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Catherina Cunnane
Catherina Cunnane
Catherina Cunnane hails from a sixth-generation drystock and specialised pedigree suckler enterprise in Co. Mayo. She currently holds the positions of editor and general manager at That's Farming, having joined the firm during its start-up phase in 2015.
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‘A degree of sexism still exists within the veterinary profession’ – vet med student (24)

Advice from Veterinary Student

That’s Farming editor, Catherina Cunnane, in conversation with Kate Rodgers in part two of this two-part segment as part of our Student Focus series. You can read part one via this link.

“There are probably two things I would say to people who are considering studying a veterinary medicine degree. Firstly, make sure that you do a lot of work experience before you apply.

Do even more than you are required to if you have the time, and try to expose yourself to a wide variety of practices, as well as large and small animals.

As the degree can be demanding, you have to love it, as there is no point in sticking something out for five years with gritted teeth.

By seeing lots of practice, you will be able to get a better understanding of the profession, make sure that it is definitely for you, and see the less talked about, not-so-fun parts of the job as well as the exciting parts.

Secondly, I would tell people to not let the well-known imposter syndrome get in their way (even though this is something I struggle with myself).

Once you get to university, it is very easy to start to compare yourself with everyone around you, which only leads to you not thinking you are good enough to be there.

My previous tutor told me that I needed to trust the applicant interview process because if your interviewer thought you were good enough to be there, then you have no reason to believe you are not.

Access routes

If it is definitely what you want to pursue, then do not give up because of what your grades say.

My school would often imply that if you did not get the grades at A-level, then your only option was to retake the year.

I had never even heard of access courses, so when I left school with no A-levels, I thought the only way for me to get any type of academic qualification was to apply to a foundation course, which is how I ended up studying politics for a year.

There are so many routes into university that are a vastly different style of teaching and learning, so do not be disheartened by A-levels.

Sometimes I wish that I had gone straight to university to study veterinary when I was 18 because I would have been qualified by now.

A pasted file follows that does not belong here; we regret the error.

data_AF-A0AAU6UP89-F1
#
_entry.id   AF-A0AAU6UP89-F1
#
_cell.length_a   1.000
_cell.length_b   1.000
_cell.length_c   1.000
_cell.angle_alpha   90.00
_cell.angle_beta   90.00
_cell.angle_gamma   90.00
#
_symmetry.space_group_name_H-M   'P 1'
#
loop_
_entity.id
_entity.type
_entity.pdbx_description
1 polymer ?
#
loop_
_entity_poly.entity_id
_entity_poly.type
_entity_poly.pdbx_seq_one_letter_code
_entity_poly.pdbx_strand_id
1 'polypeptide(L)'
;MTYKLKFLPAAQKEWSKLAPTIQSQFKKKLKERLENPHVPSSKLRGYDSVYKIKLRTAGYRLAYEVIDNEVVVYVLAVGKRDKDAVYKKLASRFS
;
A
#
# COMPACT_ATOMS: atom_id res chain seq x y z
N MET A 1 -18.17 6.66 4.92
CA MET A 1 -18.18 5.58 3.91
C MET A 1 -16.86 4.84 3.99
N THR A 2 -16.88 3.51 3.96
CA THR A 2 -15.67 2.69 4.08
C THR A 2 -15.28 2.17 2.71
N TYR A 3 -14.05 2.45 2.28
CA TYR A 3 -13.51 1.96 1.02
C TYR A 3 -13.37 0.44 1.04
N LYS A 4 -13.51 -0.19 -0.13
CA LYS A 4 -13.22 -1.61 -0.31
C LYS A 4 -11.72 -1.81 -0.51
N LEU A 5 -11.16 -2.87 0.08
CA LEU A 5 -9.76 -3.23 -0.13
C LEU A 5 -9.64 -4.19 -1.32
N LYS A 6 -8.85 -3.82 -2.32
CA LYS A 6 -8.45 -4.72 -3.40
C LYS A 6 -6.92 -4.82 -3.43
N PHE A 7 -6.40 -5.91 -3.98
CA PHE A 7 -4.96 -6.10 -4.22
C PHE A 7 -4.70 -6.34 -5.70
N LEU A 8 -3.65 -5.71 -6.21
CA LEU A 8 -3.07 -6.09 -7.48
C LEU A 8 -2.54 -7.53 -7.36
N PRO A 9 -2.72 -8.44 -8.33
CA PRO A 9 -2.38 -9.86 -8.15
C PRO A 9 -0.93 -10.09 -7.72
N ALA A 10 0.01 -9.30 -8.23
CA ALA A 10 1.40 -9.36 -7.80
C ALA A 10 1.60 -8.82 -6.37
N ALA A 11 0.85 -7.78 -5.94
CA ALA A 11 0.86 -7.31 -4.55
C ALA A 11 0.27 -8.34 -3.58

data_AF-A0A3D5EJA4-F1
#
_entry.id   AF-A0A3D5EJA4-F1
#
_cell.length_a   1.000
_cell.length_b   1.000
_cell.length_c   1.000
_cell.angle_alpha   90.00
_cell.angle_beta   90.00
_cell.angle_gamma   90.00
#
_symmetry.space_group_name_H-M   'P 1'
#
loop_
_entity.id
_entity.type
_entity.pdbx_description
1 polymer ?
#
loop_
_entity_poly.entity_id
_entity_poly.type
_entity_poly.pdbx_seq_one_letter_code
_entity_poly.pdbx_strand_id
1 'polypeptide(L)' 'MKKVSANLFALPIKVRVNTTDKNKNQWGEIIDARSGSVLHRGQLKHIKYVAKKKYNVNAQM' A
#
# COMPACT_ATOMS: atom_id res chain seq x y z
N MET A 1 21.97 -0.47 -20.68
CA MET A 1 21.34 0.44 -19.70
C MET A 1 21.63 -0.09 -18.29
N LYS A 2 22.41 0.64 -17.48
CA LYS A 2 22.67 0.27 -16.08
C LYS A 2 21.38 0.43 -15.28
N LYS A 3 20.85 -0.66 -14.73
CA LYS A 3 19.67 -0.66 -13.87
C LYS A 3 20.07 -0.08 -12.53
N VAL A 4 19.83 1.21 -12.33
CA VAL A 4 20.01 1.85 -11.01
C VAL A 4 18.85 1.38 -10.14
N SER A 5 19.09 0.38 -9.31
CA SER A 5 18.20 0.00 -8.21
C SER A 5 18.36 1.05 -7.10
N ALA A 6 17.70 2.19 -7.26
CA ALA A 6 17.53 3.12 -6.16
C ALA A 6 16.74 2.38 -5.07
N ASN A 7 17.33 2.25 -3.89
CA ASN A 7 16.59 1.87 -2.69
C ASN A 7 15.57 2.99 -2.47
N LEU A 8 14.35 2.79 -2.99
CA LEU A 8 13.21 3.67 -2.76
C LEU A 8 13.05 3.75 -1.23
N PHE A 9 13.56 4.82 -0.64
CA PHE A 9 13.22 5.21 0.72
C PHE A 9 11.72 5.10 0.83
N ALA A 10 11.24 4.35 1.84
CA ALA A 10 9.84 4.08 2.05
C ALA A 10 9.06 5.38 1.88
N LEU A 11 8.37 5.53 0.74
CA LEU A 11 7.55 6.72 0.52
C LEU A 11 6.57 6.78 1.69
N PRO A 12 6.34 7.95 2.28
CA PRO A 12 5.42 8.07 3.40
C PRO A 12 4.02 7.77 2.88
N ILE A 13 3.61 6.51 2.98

Realistically, however, I did not have any idea what I wanted to study back then, and I have done lots of different things and met lots of different people, which would never have happened had I not taken a break in between.

I do not think I have one specific reason why I want to be a vet, just a few different ones.

I like to be able to work outside, as I have never liked the idea of being stuck indoors for my job.

Also, I like talking and meeting new people, especially farmers, as you can always have a bit of craic.

I also love the idea of being able to work with my hands as well as my head, as veterinary presents you with so many opportunities. And, of course, I enjoy being around and working with animals.


After I graduate, I hope to move back to Northern Ireland with my partner and I plan on travelling more too.

I think I would like to go into a mixed practice but work mostly with farm animals as enjoy being outside too much to work full-time indoors, but equally, a few small animal cases in a warm consult room would probably be nice in the winter!

I will be 28 by the time I graduate, and I will not have ever had much of a break from education. But, I am quite looking forward to focusing on my life and career for a while without studying more.

The veterinary field can be very stressful to work in, and I do sometimes get frightened by the dropout rates of the job.

I hope that steps are made to ensure the well-being of veterinary staff and that more support and flexibility are provided.

Mental health is a huge issue in the industry, so I hope that the future brings more awareness of this and that adjustments are made to make an already stressful job a little easier.

It is great to see that there has been a shift from it being a previously male-dominated industry and that women now feel more encouraged to study veterinary.

I have never felt discouraged as a woman in the industry; however, I know that a degree of sexism still exists within the veterinary profession, as in most industries.

Ultimately, I would like to graduate and move back to Northern Ireland and work as a mixed vet. I would like a bit of land around my house and a few animals of my own.

Also, I want a big Hilux to drive around the countryside in! It is not a big fancy goal, but at the minute, that is all I think I would want to be content with.”

Follow Kate over on her Instagram page

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